The cheapest way to buy Christmas wrapping paper is after Christmas the year before. But, we’re not all that organised, so consider buying 50 metres of brown paper at office supply stores for around ten dollars. Because it is plain, you can use it year round, dressing it up with different ribbons and cards.
You can even print free gift tags from the internet, and you can buy 25 yards (about 22 metres) of ribbon for about $1.00 on eBay (or if you’ve left it too late for overseas shipping, about $5.00 from an Australian EBay seller.
Saving on cards
Getting a Christmas card in the mail is even more of a special thing now that we all communicate. For about 75 cents a card, you can make your own Christmas cards using a photo of your family, or your pets, or your friends.
Snapfish and Vistaprint are both online printing services that have frequent discount offers – just Google “Snapfish discount code” or “Vistaprint discount code” to see what’s available. Vistaprint and Snapfish both offer free white envelopes with their cards. Make sure you get the special Christmas card rate stamps from Australia Post!
Saving on Christmas holiday activities
If you’re out and about in Melbourne, why not check out the Myer Christmas windows? This Melbourne tradition is free, but of course, it comes with a crowd, so it’s a good idea to go early to avoid the rush. If you’re still after some more Christmas magic, be sure to visit the (almost) free gingerbread village at the Melbourne Town Hall for a gold coin donation.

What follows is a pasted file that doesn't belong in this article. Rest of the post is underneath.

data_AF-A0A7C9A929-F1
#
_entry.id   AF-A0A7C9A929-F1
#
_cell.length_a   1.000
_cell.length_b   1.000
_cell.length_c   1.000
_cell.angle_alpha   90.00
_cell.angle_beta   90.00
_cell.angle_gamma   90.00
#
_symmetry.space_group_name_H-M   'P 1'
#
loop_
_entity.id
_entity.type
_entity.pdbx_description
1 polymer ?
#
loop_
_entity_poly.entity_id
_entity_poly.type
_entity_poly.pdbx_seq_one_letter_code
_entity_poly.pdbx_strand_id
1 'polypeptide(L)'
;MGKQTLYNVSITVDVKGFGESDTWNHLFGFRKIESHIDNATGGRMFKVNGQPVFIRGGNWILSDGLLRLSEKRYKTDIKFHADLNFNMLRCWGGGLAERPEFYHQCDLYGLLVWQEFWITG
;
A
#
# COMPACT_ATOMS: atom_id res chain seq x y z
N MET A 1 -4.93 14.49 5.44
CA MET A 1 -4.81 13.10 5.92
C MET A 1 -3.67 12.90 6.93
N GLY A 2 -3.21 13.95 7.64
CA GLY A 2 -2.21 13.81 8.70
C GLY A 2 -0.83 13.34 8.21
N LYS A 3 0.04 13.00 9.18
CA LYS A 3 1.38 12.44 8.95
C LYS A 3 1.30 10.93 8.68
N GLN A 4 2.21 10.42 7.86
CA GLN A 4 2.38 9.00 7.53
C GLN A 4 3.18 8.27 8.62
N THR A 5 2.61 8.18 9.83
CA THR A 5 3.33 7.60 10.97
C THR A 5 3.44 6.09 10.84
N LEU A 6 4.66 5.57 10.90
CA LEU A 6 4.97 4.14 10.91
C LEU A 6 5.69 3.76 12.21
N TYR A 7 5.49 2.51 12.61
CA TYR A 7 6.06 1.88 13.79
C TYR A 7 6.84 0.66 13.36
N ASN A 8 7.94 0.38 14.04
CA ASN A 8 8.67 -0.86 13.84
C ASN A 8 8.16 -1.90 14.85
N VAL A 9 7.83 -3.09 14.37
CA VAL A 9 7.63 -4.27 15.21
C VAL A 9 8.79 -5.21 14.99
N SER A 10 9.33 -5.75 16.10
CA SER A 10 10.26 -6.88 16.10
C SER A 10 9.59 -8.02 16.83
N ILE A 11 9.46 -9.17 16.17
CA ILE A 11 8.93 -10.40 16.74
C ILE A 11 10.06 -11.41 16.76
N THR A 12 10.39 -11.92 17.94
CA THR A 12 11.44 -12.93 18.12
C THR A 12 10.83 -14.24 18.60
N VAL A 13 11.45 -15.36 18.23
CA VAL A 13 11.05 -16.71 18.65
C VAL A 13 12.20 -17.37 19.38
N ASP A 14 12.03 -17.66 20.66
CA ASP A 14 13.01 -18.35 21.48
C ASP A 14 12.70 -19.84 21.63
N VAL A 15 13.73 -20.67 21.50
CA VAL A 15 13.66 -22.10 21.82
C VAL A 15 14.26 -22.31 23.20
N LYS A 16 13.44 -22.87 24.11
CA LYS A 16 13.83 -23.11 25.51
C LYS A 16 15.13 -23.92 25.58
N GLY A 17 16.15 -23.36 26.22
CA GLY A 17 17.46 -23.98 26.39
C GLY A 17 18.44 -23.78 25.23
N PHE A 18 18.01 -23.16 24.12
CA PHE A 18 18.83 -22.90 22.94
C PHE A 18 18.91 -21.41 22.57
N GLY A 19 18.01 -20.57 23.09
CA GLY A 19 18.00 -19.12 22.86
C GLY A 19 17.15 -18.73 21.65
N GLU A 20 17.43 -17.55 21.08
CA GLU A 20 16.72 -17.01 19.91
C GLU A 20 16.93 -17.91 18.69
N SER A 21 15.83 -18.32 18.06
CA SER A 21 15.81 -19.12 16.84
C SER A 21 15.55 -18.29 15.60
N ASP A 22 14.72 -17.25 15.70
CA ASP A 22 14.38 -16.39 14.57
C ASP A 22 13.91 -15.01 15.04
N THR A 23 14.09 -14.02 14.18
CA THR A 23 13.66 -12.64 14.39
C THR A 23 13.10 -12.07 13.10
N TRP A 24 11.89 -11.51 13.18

Sure the cost of a movie ticket isn’t what it used to be, but there are a surprising number of ways to get a discount. There are discounts available to Optus customers, Telstra customers, members of Union Shopper, Frequent Flyer, and through the Village Cinemas and Hoyts loyalty clubs. Do a bit of research to see if you qualify for anything.
If you want to get outdoors, take a picnic to one of our great parks, or go to the zoo. Your kids will get free entry to the zoo on weekends, public holidays and Victorian school holidays, thanks to the Victorian Government. You can also save 10% on adult tickets here. If you go to the zoo more than three times a year, think about buying an annual membership from around $30 (gives you entry to interstate zoos too!).
If you’re an RACV member, you can get a range of discounted tickets to attractions around Victoria. Check out the list here. The Victorian Government also offers a long list of school holiday activities around Victoria, and a lot of them are free or cheap!
If you’re looking for something fun to do at home - did you know, that for the cost of a stamp (65 cents), you can write a letter to Santa, and you’ll get a reply? This is run through Australia Post, and is sure to get the kids excited.
Maybe sitting around and watching TV while you recover from Christmas lunch is more your style. In that case, why not try out some subscription services like Stan, Netflix and Quickflix. They often offer free trials, just be sure to cancel the service if you don’t want to use them beyond the free period – set a reminder on your phone or in your calendar.